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What's being done in Australia Edit

Climate change is on the agenda for most environmental and social justice non-government organisations (NGOs) in Australia. There has also been significant action at a State Government level, although the Federal government has been slow to act with the PM only recently changing rhetoric on the issue. PM John Howard, until recently, has called himself a 'climate change skeptic', now he brands himself a 'climate change realist'. The Four Corners investigative TV program in 2004 investigated how Australia's "Greenhouse Strategy" is being run by a self-styled "Greenhouse Mafia" of senior public servants and coal mining companies[1], and the Australia Institute has recently published an analysis "Scorcher: The Dirty Politics of Climate Change" [2] which show how Australia as a result has systematically set out with the USA Federal Government to sabotage the Kyoto process. With Uzbekistan, Australia is one of three nations that have not committed to the Kyoto Protocol.

The state of Victoria, in particular, has been proactive in pursuing reductions in GHG through a range of initiatives. The other states, all with labour governments, have taken a more proactive stance than the (Coalition) federal government. One of particular interesting initiative undertaken by the Victorian Government is:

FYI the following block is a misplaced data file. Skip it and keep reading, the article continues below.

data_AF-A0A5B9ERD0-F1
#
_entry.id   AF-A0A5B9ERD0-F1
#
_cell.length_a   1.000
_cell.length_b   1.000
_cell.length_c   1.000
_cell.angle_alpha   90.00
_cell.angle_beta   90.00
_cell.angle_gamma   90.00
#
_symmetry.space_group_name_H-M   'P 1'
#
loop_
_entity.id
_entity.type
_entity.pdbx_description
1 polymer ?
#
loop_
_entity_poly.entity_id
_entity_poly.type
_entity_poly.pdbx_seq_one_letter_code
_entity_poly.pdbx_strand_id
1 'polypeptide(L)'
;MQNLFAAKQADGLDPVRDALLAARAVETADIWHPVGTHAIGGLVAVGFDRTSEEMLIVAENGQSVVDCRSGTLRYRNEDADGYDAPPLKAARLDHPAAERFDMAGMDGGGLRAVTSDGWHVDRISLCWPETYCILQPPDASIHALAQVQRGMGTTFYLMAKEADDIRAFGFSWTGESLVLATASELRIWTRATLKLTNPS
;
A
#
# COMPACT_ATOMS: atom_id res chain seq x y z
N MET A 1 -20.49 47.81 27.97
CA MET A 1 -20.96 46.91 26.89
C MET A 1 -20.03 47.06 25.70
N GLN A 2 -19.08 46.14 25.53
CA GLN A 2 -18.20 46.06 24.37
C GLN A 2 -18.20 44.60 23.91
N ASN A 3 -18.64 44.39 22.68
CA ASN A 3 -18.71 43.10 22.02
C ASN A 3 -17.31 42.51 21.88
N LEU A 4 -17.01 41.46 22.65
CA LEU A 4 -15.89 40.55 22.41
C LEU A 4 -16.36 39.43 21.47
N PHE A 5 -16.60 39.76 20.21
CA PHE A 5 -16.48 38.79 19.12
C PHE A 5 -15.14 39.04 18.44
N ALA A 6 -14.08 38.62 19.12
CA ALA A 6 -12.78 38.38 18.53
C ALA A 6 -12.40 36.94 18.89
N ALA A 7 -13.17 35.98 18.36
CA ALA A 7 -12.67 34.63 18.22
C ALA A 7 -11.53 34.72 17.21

The Greenhouse Challenge for Energy Policy package, which aims to reduce Victorian emissions through a mandated renewable energy target. Initially, it aimed to have a 10 per cent share of Victoria’s energy consumption being produced by renewable technologies by 2010, and 1000 MWh being produced by wind energy by 2006. However, this target was not reached. The government recently legislated to ensure that by 2016 electricity retailers in Victoria purchase 10 per cent of their energy from renewables. The State Government also made an election promise, at the 2006 election, to increase this to 20 per cent by 2020. By providing a market incentive for the development of renewables the government helps foster the development of the renewable energy sector.

On May 6, 2007, the Premier of Western Australia, Alan Carpenter announced the formation of a new Climate Change Office responsible to a Minister, with a plan that included:[3]

  • a target to reduce emissions by at least 60% below 2000 levels by 2050
  • a $36.5 million Low Emission Energy Development Fund
  • a target to increase renewable energy generation on the South West Interconnected System to 15% by 2020 and 20% by 2025
  • a clean energy target of 50% by 2010 and 60% by 2020
  • State Government purchase of 20% renewable energy by 2010
  • a mandatory energy efficiency program that will require large and medium energy users to invest in cost effective energy efficiency measures
  • tripling the successful solar schools program so that over 350 schools will be using renewable energy by 2010
  • a new $1.5 million Household Sustainability Audit and Education program that will provide practical information to households about how they can reduce greenhouse gas emissions
  • investing 8.625 million to help businesses and communities adapt to the impacts of climate change